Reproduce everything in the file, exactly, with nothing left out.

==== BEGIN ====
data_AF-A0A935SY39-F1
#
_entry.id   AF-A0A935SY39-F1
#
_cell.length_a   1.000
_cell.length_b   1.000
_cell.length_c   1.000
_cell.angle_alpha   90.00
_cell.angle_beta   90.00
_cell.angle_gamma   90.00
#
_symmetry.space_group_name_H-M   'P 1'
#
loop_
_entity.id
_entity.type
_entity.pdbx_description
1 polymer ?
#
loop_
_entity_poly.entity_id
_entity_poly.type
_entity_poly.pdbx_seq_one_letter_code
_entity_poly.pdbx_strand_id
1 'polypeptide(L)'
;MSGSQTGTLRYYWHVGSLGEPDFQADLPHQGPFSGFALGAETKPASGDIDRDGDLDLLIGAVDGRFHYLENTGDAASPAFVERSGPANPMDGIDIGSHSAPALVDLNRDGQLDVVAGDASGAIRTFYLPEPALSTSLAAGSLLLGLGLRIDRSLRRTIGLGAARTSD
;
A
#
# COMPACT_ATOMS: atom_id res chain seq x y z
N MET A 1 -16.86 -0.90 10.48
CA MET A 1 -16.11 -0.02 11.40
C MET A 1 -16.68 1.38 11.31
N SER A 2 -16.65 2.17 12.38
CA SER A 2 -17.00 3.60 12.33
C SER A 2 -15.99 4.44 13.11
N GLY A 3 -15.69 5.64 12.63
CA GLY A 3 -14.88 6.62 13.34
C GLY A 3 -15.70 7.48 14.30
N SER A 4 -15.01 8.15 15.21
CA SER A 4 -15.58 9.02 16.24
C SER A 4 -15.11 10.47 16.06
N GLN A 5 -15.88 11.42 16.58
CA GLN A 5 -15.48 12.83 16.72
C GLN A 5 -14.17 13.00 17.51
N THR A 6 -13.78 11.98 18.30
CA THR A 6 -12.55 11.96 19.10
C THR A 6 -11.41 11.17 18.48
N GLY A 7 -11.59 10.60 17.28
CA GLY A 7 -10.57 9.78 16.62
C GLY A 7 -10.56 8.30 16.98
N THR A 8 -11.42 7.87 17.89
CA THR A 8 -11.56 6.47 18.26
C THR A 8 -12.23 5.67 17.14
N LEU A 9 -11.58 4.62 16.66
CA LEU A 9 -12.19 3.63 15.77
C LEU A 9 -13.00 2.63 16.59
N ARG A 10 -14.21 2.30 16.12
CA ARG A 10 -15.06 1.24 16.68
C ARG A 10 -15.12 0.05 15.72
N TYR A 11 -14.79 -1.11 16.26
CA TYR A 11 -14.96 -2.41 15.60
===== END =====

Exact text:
data_AF-A0A935SY39-F1
#
_entry.id   AF-A0A935SY39-F1
#
_cell.length_a   1.000
_cell.length_b   1.000
_cell.length_c   1.000
_cell.angle_alpha   90.00
_cell.angle_beta   90.00
_cell.angle_gamma   90.00
#
_symmetry.space_group_name_H-M   'P 1'
#
loop_
_entity.id
_entity.type
_entity.pdbx_description
1 polymer ?
#
loop_
_entity_poly.entity_id
_entity_poly.type
_entity_poly.pdbx_seq_one_letter_code
_entity_poly.pdbx_strand_id
1 'polypeptide(L)'
;MSGSQTGTLRYYWHVGSLGEPDFQADLPHQGPFSGFALGAETKPASGDIDRDGDLDLLIGAVDGRFHYLENTGDAASPAFVERSGPANPMDGIDIGSHSAPALVDLNRDGQLDVVAGDASGAIRTFYLPEPALSTSLAAGSLLLGLGLRIDRSLRRTIGLGAARTSD
;
A
#
# COMPACT_ATOMS: atom_id res chain seq x y z
N MET A 1 -16.86 -0.90 10.48
CA MET A 1 -16.11 -0.02 11.40
C MET A 1 -16.68 1.38 11.31
N SER A 2 -16.65 2.17 12.38
CA SER A 2 -17.00 3.60 12.33
C SER A 2 -15.99 4.44 13.11
N GLY A 3 -15.69 5.64 12.63
CA GLY A 3 -14.88 6.62 13.34
C GLY A 3 -15.70 7.48 14.30
N SER A 4 -15.01 8.15 15.21
CA SER A 4 -15.58 9.02 16.24
C SER A 4 -15.11 10.47 16.06
N GLN A 5 -15.88 11.42 16.58
CA GLN A 5 -15.48 12.83 16.72
C GLN A 5 -14.17 13.00 17.51
N THR A 6 -13.78 11.98 18.30
CA THR A 6 -12.55 11.96 19.10
C THR A 6 -11.41 11.17 18.48
N GLY A 7 -11.59 10.60 17.28
CA GLY A 7 -10.57 9.78 16.62
C GLY A 7 -10.56 8.30 16.98
N THR A 8 -11.42 7.87 17.89
CA THR A 8 -11.56 6.47 18.26
C THR A 8 -12.23 5.67 17.14
N LEU A 9 -11.58 4.62 16.66
CA LEU A 9 -12.19 3.63 15.77
C LEU A 9 -13.00 2.63 16.59
N ARG A 10 -14.21 2.30 16.12
CA ARG A 10 -15.06 1.24 16.68
C ARG A 10 -15.12 0.05 15.72
N TYR A 11 -14.79 -1.11 16.26
CA TYR A 11 -14.96 -2.41 15.60